The Lonely Planet writes about India:
“Bamboozing. There’s simply no other word that captions the enigma that is India. With an ability to inspire, frustrate, thrill and confound all at once, India presents an extraordinary spectrum of encounters for the traveller. Some of these can be challenging, particularly for the first-time visitor: the poverty is confronting, Indian bureaucracy can be exasperating and the crush of humanity sometimes turns the simplest task into an energy-zapping battle. Even veteran travelers find their sanity frayed at some point.”
Rishikesh 10 am: The Devraj Coffee Corner is already full as it is a popular place for Indians and foreigners. It is located right above the Laxman Jhula bridge and perfect for watching Indian life beside and on the bridge. In theory, Laxman Jula is a pedestrian bridge but in India that means that more or less everything moves on it; ‘real’ pedestrians, monkeys, cows, motorbikes and handcarts with all kinds of goods. If the bridge would be wider or cars smaller they also would regard themselves as pedestrian and cross the river via the bridge.
It is kind of funny: the Indians try really really hard to set up rules and regulations in order to get things perfectly organized. The thing is – nobody really cares, which leads to the chaos which is so typical for India, also because there are just so many people here. Well-intended rules are bent or just ignored.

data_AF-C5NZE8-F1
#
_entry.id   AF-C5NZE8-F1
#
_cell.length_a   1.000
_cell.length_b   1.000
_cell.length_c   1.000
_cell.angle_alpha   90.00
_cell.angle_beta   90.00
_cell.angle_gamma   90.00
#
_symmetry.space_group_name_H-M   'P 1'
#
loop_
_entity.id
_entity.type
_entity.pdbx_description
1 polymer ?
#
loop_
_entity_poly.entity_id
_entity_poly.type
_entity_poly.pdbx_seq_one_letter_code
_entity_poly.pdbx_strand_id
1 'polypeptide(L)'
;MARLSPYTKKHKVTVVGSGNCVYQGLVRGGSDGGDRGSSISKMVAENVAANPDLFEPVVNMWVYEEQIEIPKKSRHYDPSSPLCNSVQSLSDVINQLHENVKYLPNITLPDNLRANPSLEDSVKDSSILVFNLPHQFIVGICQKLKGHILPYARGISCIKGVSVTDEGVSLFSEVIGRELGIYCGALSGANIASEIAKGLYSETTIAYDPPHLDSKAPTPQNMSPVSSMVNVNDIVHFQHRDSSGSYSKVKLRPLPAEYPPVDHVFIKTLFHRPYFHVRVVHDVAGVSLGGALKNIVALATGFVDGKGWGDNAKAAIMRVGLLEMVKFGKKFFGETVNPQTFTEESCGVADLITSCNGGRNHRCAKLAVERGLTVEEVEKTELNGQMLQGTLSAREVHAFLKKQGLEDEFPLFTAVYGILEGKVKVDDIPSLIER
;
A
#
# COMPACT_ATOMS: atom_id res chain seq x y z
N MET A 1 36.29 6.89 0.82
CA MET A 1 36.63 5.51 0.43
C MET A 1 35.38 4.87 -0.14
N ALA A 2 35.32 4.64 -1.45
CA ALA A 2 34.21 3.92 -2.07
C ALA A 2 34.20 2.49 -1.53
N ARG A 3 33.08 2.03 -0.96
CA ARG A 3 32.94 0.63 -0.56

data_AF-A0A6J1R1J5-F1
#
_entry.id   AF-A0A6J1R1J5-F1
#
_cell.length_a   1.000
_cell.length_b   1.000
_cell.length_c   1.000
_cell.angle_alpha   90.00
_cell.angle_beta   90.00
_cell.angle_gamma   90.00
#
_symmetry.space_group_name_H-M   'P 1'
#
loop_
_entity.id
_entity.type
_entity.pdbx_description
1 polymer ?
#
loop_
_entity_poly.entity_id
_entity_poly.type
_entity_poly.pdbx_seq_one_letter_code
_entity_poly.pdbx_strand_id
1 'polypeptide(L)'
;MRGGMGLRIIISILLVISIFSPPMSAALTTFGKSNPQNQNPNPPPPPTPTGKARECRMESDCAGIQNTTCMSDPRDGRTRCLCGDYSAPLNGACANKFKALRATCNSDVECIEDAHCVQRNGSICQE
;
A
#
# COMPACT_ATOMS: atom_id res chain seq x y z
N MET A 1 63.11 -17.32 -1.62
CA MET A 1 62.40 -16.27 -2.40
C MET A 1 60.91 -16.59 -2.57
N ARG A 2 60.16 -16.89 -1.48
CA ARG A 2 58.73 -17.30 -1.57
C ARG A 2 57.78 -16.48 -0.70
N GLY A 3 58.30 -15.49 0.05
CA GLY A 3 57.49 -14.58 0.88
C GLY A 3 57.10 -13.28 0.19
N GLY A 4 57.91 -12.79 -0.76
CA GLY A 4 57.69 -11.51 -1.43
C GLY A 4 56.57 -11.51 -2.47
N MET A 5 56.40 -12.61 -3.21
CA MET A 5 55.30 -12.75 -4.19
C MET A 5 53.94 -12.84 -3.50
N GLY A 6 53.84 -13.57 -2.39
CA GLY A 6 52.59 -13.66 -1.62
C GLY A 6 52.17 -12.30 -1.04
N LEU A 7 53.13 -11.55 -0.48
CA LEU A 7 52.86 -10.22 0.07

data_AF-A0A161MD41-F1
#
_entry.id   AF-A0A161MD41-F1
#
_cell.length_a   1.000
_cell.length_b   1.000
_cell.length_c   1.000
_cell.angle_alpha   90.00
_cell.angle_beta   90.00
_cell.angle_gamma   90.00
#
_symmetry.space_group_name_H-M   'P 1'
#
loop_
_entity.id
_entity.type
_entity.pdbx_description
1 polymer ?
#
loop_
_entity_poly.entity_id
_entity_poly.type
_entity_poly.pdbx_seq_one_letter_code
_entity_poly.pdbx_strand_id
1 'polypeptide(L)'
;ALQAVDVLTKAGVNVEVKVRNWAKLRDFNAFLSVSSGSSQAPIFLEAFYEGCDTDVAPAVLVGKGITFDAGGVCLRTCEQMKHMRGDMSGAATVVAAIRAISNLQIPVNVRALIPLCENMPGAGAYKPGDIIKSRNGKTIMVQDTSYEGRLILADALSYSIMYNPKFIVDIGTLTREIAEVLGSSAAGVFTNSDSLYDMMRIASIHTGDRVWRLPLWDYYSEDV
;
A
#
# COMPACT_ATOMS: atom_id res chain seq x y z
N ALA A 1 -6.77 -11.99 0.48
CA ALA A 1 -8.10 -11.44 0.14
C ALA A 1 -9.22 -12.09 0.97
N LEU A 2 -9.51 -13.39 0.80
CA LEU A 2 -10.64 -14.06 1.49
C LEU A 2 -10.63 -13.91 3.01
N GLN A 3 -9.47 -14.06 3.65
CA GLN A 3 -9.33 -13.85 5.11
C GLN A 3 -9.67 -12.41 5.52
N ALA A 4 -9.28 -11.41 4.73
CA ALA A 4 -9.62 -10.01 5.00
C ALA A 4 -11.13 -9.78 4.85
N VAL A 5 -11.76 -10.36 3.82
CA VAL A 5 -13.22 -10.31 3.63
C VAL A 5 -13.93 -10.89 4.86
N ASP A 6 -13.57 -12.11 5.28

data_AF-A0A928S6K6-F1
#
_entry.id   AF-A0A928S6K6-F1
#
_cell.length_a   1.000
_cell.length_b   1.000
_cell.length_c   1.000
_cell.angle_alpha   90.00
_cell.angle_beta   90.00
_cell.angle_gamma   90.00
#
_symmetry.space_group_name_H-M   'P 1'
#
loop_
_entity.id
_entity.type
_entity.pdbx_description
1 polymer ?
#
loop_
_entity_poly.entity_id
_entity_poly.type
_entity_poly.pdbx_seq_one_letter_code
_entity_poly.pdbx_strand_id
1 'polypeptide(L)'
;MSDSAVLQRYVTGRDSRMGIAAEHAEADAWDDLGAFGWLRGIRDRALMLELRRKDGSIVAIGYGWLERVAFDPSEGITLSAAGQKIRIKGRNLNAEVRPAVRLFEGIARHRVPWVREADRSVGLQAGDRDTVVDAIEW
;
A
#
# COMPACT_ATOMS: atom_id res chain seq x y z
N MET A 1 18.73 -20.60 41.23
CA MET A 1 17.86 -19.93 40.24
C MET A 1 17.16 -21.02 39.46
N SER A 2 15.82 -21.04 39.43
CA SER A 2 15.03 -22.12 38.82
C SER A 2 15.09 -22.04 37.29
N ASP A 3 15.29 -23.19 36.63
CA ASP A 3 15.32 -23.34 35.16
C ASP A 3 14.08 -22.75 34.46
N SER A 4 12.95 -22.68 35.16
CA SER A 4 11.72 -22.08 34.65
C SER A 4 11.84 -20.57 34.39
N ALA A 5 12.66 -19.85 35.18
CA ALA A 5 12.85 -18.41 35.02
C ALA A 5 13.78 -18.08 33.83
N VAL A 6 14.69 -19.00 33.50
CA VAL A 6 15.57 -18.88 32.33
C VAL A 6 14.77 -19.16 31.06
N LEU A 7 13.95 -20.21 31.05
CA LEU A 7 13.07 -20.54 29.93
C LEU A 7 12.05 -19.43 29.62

Western people are mostly used to following rules and for many who came to India for the first timethey feel very lonely very quickly as they seem to be the only ones who care about the rules and quickly become frustrated and annoyed. The most important rule is to stay calm and ‘mentally survive’ in India is to let go of the Western thinking and open up to the chaos. It may help to talk to experienced travellers of India who already know that in the end everything will miraculously work out, despite the chaos.
When you have experienced the chaos many times you just build up a certain trust that makes it easier to let go and ‘go with the flow’. Those who have been to India and coped often speak of a certain ‘freedom’ they feel when they don’t have to follow so many rules anymore or even better, they learned how to bend them the ‘Indian way’. Just to give you an idea of what I’m talking about I’ve attached a short video of the morning traffic on the bridge. Although not a long bridge it requires patience and time to cross it and usually depends on:
- the number of motorbikes and cows
- how many big groups stop in the middle of the bridge to take photos of themselves unaware that nobody can pass them
- how many people have to fight off the monkeys attacking their snacks or hand bags
- and most important – how many people are willing to stay in their ‘lane’
Sometimes it works out pretty well and sometimes not! Some people are even more ignorant than others and the definitely leads to a knot of chaos which can hardly be untied again. Anyway, a simple example like crossing this bridge can turn into a learning exercise to practice patience and let go of expectations.